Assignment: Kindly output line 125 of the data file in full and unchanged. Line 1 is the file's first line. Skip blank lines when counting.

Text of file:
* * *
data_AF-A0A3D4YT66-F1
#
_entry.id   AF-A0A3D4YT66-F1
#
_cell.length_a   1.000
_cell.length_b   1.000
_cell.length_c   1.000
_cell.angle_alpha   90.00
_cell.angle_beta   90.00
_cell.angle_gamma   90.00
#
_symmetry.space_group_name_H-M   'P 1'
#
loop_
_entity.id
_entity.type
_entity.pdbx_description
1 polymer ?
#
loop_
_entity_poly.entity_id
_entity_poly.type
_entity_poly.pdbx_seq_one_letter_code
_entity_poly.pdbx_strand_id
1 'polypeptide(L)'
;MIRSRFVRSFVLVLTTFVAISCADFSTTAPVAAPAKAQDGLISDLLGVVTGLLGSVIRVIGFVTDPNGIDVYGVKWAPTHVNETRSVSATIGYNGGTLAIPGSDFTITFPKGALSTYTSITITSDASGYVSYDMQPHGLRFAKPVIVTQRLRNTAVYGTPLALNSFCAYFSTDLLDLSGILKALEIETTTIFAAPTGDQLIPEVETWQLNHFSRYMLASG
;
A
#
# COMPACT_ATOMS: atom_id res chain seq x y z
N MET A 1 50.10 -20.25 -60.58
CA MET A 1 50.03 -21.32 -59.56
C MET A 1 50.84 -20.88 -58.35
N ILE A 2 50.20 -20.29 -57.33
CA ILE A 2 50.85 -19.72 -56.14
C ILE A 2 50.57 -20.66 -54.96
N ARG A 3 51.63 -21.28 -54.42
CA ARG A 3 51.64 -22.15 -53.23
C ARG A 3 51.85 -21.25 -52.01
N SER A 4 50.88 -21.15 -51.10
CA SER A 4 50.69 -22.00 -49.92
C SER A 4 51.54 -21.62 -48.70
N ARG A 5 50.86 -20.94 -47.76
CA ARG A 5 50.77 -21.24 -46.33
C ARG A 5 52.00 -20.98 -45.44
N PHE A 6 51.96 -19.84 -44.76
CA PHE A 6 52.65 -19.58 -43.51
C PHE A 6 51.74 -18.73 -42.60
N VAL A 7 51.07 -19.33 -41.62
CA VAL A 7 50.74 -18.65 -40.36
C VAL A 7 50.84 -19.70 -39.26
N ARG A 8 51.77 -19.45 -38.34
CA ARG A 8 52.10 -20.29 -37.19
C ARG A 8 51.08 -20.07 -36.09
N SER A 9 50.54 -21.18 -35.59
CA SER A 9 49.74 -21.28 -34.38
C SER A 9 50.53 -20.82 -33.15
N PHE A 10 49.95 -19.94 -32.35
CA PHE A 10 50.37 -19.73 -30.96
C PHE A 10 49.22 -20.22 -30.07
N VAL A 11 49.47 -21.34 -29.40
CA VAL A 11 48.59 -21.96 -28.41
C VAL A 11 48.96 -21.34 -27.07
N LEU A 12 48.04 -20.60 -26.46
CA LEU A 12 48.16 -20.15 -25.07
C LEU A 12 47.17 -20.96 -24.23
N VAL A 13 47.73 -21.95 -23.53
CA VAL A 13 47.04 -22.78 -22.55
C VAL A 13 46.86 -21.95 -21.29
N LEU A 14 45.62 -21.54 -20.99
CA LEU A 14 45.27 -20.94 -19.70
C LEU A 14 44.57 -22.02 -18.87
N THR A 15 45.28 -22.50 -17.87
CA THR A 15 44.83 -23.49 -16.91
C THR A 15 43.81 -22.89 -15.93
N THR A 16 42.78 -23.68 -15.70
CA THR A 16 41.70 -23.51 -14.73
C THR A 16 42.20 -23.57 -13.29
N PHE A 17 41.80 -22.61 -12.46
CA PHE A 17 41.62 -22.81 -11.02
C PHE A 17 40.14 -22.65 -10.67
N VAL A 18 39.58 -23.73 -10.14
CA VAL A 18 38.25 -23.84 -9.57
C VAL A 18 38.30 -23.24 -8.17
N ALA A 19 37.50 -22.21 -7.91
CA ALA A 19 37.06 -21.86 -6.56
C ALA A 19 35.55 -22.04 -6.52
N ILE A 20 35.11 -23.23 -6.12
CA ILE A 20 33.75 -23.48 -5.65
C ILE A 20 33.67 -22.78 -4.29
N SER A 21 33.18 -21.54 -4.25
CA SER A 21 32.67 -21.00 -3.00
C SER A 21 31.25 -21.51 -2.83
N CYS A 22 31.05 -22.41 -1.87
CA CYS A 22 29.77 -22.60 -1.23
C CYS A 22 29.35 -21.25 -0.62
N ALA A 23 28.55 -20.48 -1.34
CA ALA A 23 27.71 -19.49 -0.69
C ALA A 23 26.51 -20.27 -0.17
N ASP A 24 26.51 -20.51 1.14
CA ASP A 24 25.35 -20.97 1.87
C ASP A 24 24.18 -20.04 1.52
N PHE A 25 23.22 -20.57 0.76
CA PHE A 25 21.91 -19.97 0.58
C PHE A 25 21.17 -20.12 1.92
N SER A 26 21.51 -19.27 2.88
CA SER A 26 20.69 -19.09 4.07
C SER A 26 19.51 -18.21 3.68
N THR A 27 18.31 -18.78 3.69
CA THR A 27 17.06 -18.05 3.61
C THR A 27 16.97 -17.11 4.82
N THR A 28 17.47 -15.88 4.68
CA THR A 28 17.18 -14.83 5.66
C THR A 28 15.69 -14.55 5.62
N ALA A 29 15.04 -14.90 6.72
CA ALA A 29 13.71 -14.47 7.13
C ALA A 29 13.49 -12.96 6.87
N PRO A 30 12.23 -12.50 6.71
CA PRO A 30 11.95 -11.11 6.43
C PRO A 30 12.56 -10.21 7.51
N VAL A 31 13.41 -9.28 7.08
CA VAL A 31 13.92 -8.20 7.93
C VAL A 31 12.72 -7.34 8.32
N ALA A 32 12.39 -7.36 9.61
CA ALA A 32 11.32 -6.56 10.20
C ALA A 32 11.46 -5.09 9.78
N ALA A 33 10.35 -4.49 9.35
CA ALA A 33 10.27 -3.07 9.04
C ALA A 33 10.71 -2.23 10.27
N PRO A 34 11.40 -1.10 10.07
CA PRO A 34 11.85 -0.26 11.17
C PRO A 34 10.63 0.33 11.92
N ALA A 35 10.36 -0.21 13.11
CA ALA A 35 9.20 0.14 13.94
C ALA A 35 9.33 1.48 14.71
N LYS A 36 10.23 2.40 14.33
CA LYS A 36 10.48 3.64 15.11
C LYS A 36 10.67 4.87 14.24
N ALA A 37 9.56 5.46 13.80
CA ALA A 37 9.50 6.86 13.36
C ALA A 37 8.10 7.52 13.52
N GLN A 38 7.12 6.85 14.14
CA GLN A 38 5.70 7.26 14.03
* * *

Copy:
CA ALA A 32 11.32 -6.56 10.20